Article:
Mr. Sam came into our lives last week. He was part of an effort of the SPCA to get homeless dogs to a shelter in North Texas with a high placement rate. Only the environmental controls on the large transport truck failed and all the dogs ended up in Tyler, Texas. We are town of 100,000 and SPCA foster care was stretched to the limit.
As a newly minted dog foster Mom I was asked to take Sam, who was one of the last dogs to be placed.
When I met him I knew two things: He was adorable, and he would not be the best fit. But, if he were an ideal fit then it could result in a failed foster (adoption) and that would be the end of fostering since we’d be at our doggie limit.
Sam is love on four legs. He is unflappable, happy, full of the joy of life, and way too much dog for an older woman and her older dog. He is a Dachsundt mix, which means he is essentially a dwarf dog – a full sized dog head, neck, and body with stubby appendages that are too short for the rest of him. He’s 30 pounds of big smiles and I love you.
Unsurprisingly, he was stressed and had anxiety related problems – diarrhea, not eating, and sneezing coupled with reverse sneezing. With all that, he was a sweet, goofy fuzzbutt with a heart of gold.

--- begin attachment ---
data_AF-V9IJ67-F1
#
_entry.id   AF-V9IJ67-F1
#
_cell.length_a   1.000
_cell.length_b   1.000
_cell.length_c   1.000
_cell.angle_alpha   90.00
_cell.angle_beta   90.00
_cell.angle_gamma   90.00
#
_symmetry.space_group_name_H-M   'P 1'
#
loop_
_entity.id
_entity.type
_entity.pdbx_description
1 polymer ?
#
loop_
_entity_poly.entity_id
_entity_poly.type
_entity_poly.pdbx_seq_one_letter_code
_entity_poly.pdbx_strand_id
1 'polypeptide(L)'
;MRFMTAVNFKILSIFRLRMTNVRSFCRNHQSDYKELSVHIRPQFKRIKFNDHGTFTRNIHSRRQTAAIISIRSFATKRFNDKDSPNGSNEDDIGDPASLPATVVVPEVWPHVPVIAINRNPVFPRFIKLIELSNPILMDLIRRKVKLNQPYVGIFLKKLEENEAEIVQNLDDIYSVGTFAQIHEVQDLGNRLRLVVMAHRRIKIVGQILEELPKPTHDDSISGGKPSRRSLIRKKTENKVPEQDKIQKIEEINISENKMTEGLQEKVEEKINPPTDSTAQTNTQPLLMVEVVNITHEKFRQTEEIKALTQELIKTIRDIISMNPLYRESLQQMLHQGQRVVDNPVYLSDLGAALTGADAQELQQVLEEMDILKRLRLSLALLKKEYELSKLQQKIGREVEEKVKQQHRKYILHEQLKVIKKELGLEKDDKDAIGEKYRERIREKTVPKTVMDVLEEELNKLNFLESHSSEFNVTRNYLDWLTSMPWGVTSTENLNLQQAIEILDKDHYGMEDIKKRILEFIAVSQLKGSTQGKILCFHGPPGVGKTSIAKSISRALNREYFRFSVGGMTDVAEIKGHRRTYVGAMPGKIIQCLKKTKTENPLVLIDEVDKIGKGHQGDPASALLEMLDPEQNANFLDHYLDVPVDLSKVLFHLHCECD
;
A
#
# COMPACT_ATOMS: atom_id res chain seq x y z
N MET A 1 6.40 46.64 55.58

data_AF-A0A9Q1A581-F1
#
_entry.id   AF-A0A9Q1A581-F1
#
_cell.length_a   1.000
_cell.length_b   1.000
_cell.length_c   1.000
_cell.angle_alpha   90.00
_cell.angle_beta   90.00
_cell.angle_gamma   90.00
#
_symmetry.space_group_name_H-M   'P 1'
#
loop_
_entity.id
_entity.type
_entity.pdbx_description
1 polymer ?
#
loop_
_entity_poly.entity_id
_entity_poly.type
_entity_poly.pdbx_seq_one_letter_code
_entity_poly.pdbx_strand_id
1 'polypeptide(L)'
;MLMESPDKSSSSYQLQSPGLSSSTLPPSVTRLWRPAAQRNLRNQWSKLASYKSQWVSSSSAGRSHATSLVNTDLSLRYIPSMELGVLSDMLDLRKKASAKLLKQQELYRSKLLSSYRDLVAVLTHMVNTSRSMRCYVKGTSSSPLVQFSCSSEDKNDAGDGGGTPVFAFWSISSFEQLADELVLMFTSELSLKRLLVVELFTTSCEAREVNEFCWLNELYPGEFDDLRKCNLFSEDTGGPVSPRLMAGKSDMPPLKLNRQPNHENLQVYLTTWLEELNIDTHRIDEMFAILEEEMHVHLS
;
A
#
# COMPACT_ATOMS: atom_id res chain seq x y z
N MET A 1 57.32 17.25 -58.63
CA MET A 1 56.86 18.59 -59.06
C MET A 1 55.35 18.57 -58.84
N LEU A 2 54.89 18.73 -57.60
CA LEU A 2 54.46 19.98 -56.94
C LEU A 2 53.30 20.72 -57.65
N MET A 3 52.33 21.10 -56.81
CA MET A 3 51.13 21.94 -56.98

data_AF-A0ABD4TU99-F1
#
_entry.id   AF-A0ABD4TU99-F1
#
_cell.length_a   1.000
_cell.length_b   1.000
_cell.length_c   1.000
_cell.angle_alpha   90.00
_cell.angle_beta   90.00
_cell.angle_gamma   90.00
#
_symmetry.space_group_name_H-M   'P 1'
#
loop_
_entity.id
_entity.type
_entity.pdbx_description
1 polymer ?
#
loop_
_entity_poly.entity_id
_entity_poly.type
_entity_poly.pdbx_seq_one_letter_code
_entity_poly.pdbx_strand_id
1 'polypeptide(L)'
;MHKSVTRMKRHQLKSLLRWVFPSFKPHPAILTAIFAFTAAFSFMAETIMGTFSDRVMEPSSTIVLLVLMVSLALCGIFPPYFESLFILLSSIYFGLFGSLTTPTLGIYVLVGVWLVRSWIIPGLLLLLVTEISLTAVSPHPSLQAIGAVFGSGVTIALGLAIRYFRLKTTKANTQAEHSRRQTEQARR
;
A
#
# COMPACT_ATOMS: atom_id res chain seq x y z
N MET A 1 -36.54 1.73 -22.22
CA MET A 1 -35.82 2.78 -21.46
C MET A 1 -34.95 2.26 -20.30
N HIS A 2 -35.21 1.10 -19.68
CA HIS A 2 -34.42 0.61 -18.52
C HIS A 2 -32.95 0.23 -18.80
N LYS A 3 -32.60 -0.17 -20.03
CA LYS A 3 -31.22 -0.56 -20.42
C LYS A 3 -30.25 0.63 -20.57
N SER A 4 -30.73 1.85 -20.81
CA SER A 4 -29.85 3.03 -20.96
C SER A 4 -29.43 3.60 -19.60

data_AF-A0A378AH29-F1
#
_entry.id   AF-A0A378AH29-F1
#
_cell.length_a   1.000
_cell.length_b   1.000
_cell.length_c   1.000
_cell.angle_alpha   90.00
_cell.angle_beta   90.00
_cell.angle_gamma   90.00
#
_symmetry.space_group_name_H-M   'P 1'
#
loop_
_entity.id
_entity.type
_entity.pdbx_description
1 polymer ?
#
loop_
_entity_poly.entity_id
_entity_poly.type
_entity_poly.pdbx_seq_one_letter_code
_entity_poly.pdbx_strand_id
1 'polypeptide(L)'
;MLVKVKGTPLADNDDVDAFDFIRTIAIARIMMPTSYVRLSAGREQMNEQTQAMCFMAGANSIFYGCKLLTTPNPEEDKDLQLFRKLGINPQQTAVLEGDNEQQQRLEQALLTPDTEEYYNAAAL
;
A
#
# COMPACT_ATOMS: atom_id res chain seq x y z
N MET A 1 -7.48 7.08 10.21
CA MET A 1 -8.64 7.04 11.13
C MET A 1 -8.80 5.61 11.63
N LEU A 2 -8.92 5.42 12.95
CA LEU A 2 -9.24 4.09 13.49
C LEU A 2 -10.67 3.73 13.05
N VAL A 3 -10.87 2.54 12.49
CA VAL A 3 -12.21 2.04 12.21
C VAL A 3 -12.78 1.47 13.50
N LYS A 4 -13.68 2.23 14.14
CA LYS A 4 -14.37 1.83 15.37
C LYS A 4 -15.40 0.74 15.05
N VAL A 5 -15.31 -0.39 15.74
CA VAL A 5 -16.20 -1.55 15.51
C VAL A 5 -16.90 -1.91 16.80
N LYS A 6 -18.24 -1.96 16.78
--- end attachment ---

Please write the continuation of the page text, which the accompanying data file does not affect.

In short order a stable place to lay his head meant that his digestive problems were over. He learned how to (mostly) walk on a loose leash. He is ecstatic when meeting other dogs and people.
The saddest time was when he saw a man about five feet ten inches tall with short dark hair and a well muscled frame. Sam went haywire. He barked and whined and dragged me like a sack of flour about ten feet towards the man because he thought it was “his human.” Only it wasn’t. Poor Sam was crestfallen. Not my Dad. Not my Dad. I wanted to weep for his broken heart.
Once Mr. Sam was loved dearly and I now know what his Dad looked like. I have to wonder what happened to separate them. Because who would want to be separated from Sam?
More about Sam later. This is a serial, not a novel.